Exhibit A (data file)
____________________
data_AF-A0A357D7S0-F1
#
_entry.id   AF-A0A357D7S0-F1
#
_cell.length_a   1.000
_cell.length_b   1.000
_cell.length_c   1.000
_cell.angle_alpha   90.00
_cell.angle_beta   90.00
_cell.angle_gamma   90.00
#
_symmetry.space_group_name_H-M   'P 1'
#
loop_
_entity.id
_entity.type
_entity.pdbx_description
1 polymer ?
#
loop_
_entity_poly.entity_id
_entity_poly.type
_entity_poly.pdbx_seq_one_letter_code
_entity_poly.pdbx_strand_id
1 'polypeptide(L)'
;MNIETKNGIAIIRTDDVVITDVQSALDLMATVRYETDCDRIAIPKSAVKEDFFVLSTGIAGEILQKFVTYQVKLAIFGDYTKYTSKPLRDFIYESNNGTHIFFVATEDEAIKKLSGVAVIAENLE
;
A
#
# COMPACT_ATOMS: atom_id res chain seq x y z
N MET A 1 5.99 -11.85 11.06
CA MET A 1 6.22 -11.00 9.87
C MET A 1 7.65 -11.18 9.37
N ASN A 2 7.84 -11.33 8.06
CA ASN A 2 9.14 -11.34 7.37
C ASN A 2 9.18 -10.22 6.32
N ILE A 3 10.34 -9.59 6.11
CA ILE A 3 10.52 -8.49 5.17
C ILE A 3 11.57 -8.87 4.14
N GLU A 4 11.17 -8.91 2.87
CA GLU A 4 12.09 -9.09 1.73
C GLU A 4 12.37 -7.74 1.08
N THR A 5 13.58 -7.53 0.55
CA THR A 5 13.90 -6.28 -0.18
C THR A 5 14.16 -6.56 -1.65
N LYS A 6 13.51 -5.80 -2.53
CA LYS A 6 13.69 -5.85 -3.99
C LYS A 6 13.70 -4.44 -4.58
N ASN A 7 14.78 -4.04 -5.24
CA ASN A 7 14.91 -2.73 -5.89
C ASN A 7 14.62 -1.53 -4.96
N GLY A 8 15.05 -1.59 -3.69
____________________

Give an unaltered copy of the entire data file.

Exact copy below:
data_AF-A0A357D7S0-F1
#
_entry.id   AF-A0A357D7S0-F1
#
_cell.length_a   1.000
_cell.length_b   1.000
_cell.length_c   1.000
_cell.angle_alpha   90.00
_cell.angle_beta   90.00
_cell.angle_gamma   90.00
#
_symmetry.space_group_name_H-M   'P 1'
#
loop_
_entity.id
_entity.type
_entity.pdbx_description
1 polymer ?
#
loop_
_entity_poly.entity_id
_entity_poly.type
_entity_poly.pdbx_seq_one_letter_code
_entity_poly.pdbx_strand_id
1 'polypeptide(L)'
;MNIETKNGIAIIRTDDVVITDVQSALDLMATVRYETDCDRIAIPKSAVKEDFFVLSTGIAGEILQKFVTYQVKLAIFGDYTKYTSKPLRDFIYESNNGTHIFFVATEDEAIKKLSGVAVIAENLE
;
A
#
# COMPACT_ATOMS: atom_id res chain seq x y z
N MET A 1 5.99 -11.85 11.06
CA MET A 1 6.22 -11.00 9.87
C MET A 1 7.65 -11.18 9.37
N ASN A 2 7.84 -11.33 8.06
CA ASN A 2 9.14 -11.34 7.37
C ASN A 2 9.18 -10.22 6.32
N ILE A 3 10.34 -9.59 6.11
CA ILE A 3 10.52 -8.49 5.17
C ILE A 3 11.57 -8.87 4.14
N GLU A 4 11.17 -8.91 2.87
CA GLU A 4 12.09 -9.09 1.73
C GLU A 4 12.37 -7.74 1.08
N THR A 5 13.58 -7.53 0.55
CA THR A 5 13.90 -6.28 -0.18
C THR A 5 14.16 -6.56 -1.65
N LYS A 6 13.51 -5.80 -2.53
CA LYS A 6 13.69 -5.85 -3.99
C LYS A 6 13.70 -4.44 -4.58
N ASN A 7 14.78 -4.04 -5.24
CA ASN A 7 14.91 -2.73 -5.89
C ASN A 7 14.62 -1.53 -4.96
N GLY A 8 15.05 -1.59 -3.69